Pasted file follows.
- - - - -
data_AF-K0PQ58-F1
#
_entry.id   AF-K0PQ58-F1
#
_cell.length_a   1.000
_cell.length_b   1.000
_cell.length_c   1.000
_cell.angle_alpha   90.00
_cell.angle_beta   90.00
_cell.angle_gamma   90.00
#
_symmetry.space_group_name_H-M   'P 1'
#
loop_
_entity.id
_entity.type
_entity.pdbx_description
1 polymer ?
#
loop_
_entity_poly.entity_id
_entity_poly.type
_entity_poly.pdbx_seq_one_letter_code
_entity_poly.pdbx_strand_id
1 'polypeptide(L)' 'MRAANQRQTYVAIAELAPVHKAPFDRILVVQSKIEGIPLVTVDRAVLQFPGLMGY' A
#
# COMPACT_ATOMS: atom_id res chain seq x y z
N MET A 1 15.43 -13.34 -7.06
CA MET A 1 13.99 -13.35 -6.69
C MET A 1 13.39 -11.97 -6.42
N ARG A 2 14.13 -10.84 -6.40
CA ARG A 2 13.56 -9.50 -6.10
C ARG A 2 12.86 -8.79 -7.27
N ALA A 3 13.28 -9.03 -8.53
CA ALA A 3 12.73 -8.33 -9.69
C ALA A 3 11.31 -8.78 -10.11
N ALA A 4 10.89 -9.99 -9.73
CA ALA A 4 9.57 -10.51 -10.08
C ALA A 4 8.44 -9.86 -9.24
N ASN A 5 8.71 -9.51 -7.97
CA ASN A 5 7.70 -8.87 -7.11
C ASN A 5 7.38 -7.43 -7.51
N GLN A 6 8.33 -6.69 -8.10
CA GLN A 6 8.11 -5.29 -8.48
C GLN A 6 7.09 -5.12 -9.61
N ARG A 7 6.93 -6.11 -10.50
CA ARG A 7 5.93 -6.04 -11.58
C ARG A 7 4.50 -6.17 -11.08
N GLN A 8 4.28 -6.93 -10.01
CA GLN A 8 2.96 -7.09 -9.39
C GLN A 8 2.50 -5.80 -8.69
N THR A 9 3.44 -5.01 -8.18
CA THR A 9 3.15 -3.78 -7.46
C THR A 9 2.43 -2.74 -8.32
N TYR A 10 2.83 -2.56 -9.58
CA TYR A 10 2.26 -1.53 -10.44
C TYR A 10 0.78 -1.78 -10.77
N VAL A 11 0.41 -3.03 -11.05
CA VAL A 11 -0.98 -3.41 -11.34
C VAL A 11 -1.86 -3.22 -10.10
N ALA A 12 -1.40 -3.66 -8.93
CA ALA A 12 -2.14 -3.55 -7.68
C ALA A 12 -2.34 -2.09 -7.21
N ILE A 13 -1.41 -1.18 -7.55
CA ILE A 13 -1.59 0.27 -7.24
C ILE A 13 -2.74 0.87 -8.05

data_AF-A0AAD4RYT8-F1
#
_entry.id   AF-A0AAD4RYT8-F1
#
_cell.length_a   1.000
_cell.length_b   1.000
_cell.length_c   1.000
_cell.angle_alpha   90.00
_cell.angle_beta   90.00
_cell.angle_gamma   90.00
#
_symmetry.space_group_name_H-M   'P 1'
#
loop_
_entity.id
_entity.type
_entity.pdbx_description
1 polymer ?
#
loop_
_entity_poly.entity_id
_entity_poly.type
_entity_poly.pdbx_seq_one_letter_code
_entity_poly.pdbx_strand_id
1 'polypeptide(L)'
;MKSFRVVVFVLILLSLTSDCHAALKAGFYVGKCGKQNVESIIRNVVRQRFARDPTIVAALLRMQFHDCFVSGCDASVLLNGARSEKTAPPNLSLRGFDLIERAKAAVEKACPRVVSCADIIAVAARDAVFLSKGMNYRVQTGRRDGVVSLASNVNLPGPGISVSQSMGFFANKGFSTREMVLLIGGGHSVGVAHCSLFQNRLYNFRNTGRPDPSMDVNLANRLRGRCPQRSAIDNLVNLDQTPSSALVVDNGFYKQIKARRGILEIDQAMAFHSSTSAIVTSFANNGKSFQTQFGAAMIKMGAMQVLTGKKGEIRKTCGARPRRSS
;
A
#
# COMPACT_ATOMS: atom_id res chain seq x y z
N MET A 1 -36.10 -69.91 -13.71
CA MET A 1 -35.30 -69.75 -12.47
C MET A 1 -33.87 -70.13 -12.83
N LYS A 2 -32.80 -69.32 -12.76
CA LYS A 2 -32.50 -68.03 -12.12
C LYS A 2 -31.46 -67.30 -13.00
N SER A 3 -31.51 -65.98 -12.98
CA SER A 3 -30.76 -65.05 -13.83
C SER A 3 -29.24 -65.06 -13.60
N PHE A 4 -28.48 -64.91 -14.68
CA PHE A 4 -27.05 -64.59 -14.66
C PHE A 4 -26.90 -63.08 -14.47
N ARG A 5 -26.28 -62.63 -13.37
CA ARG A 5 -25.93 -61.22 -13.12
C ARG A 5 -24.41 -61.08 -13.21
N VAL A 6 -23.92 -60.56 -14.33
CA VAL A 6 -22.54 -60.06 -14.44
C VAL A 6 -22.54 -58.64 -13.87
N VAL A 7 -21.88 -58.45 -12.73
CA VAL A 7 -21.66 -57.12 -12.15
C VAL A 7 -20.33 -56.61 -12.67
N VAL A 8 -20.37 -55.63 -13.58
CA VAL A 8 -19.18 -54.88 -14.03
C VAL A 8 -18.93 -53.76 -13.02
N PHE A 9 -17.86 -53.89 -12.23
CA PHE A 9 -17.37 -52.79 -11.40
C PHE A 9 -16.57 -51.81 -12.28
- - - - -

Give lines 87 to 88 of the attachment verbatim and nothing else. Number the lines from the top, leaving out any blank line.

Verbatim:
_entity_poly.entity_id
_entity_poly.type